Opinion: ‘Everything Everywhere All at Once’ saved my relationship with my mom

"Everything Everywhere All at Once" still image of Michelle Yeoh and Stephanie Hsu hugging at night in a parking lot.
Still image from “Everything Everywhere All at Once” of Michelle Yeoh and Stephanie Hsu hugging in a parking lot.
(Allyson Riggs / Associated Press)

After 10 years of hiding my queer identity, I finally came out to my mom at the kitchen table of my childhood home in Irvine. Tearfully reading a letter full of “I know’s” and “I’m sorry’s,” I looked up, expecting her to disown me. Instead, my mom looked at me with pleading eyes, asking: “Does that mean you’re not going to move back home?”

What did my geo location have to do with my sexuality? I simply could not fathom her perplexing response — until I watched “Everything Everywhere All at Once.” At the climax of the multiverse epic, Michelle Yeoh’s character, Evelyn, catches up with her daughter Joy, where the psychedelic journey began — in the parking lot of their humble laundromat.

Naturally, I saw myself in Joy as she begs her mom: “Just let me… go.” I had fled as far as I could since turning 18 — to college across the country, to working abroad afterward, and to graduate school on the East Coast. But like Joy, I couldn’t escape my mother’s reach, nor her love, no matter how far I traveled. When Evelyn tearfully declares to Joy, “No matter what, I still want to be here with you,” I finally understood my mom — perhaps for the first time.


No matter who I was or whom I loved, no matter what other universes might exist, my mother, like Evelyn, wanted only one thing — to be with her child, to be close to family and to be home together.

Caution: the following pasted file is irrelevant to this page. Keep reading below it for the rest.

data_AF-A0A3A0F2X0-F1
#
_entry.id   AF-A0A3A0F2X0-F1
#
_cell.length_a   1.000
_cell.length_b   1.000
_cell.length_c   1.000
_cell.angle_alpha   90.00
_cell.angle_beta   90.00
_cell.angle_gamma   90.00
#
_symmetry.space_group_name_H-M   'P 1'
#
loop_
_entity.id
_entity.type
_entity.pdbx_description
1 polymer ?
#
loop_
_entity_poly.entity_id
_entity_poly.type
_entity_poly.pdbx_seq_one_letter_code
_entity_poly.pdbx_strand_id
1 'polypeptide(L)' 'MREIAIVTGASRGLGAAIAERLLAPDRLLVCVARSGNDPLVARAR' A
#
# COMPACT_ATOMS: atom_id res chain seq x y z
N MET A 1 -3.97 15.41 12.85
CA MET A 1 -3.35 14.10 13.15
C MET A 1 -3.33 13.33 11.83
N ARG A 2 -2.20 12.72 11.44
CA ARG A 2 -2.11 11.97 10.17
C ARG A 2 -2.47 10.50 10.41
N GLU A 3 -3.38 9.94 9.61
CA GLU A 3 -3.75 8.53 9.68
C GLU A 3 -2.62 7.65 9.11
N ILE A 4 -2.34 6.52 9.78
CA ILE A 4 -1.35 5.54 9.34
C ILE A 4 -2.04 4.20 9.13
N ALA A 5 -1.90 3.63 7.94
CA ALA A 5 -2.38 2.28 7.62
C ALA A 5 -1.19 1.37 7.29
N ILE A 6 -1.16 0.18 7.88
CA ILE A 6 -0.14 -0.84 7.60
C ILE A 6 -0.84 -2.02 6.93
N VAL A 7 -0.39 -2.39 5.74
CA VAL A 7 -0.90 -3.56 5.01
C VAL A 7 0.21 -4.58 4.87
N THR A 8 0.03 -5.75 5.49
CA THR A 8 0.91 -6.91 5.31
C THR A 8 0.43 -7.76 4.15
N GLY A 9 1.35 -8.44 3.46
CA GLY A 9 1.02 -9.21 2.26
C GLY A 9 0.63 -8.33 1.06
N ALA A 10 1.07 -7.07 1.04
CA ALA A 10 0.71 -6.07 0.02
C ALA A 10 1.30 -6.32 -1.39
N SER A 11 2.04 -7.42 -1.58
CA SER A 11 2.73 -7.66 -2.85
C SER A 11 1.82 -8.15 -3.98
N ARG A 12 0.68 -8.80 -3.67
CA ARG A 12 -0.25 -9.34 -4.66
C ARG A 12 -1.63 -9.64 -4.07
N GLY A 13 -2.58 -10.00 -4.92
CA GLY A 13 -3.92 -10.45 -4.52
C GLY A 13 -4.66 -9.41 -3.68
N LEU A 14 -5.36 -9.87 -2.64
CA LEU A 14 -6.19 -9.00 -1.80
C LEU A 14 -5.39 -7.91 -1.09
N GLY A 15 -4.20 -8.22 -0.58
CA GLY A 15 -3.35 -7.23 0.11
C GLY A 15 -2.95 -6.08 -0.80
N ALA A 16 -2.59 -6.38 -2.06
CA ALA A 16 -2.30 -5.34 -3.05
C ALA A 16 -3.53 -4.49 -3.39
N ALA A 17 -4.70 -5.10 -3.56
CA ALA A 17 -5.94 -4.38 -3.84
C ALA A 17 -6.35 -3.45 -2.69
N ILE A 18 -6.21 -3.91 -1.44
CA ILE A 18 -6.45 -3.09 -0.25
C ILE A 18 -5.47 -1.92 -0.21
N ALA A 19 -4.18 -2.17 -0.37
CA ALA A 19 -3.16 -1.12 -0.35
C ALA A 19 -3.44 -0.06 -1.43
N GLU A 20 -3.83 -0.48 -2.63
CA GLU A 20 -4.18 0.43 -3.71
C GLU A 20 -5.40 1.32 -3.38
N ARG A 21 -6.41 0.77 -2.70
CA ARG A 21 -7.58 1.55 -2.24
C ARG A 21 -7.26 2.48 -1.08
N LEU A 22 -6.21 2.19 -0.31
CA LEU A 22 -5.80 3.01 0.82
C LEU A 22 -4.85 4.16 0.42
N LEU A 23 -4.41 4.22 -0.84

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The full force of that realization hit me like a train. While I had spent the better part of the last decade distancing myself from my family — to spare them the pain of becoming socially ostracized because of my sexual identity — I was really inflicting on them the pain of a distant family and of broken relationships.

The film captured exactly what my mom and I couldn’t previously communicate to each other. I began to wonder if watching queer movies together could bridge the gap between my unapologetic queerness and my mom’s homophobic apprehension.

I called my mom as I left the theater. Since then, my family has embarked on a virtual queer-movie marathon that changed our relationship forever.

We have now watched “Bohemian Rhapsody” and “Rocketman” (my mom loves biopics) and even the shockingly sexual Korean lesbian thriller “The Handmaiden” together. After each viewing, my mom peppers me with questions about love and sexuality we used to be embarrassed to broach. As she grows more comfortable with our movie nights and the possibility of my queer life lived happily ever after, I am reminded that we are a species that fears what we do not understand.

Not only do queer movies depict the joyous continuum of queer love, but they also open the conversation to the things that can be the most difficult for parents of queer children to talk about.


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Our movie nights have allowed me and my family to talk about sexuality outside the intensely personal context of me and my personal relationships. Instead of asking me why I wouldn’t just marry a man to fit into society, queer movies like “Bohemian Rhapsody” pushed my parents to consider why Freddie Mercury couldn’t just marry Mary Austin. It gave me a reprieve from defending my way of life and gave my parents the answers they needed.

Watching queer movies isn’t the perfect antidote for all families — especially as the burden of emotional labor often falls on the queer family member. Just ask Joy, who shouts to her mom, “That’s great. You’re figuring your shit out… but I’m tired.”

It’s true, watching Taron Egerton and Richard Madden have at it in “Rocketman” with my parents in awkward silence was perhaps not a panacea for difficult parental relationships. But the openness, communication and connection with my parents that came afterward was still worth it.

In the end, representation isn’t just a descriptive notion — it’s a transcendent one. I didn’t just see myself reflected on screen in “Everything Everywhere All at Once” — I saw my mother’s love amplified across the multiverse. Ten years ago, I couldn’t even dream of a universe in which my mom accepted me for all of me. Today, I live in it every day.

Grace Park is a Southern California native. They previously served in the U.S. Army and currently attend the Harvard Kennedy School of Government where they study public policy.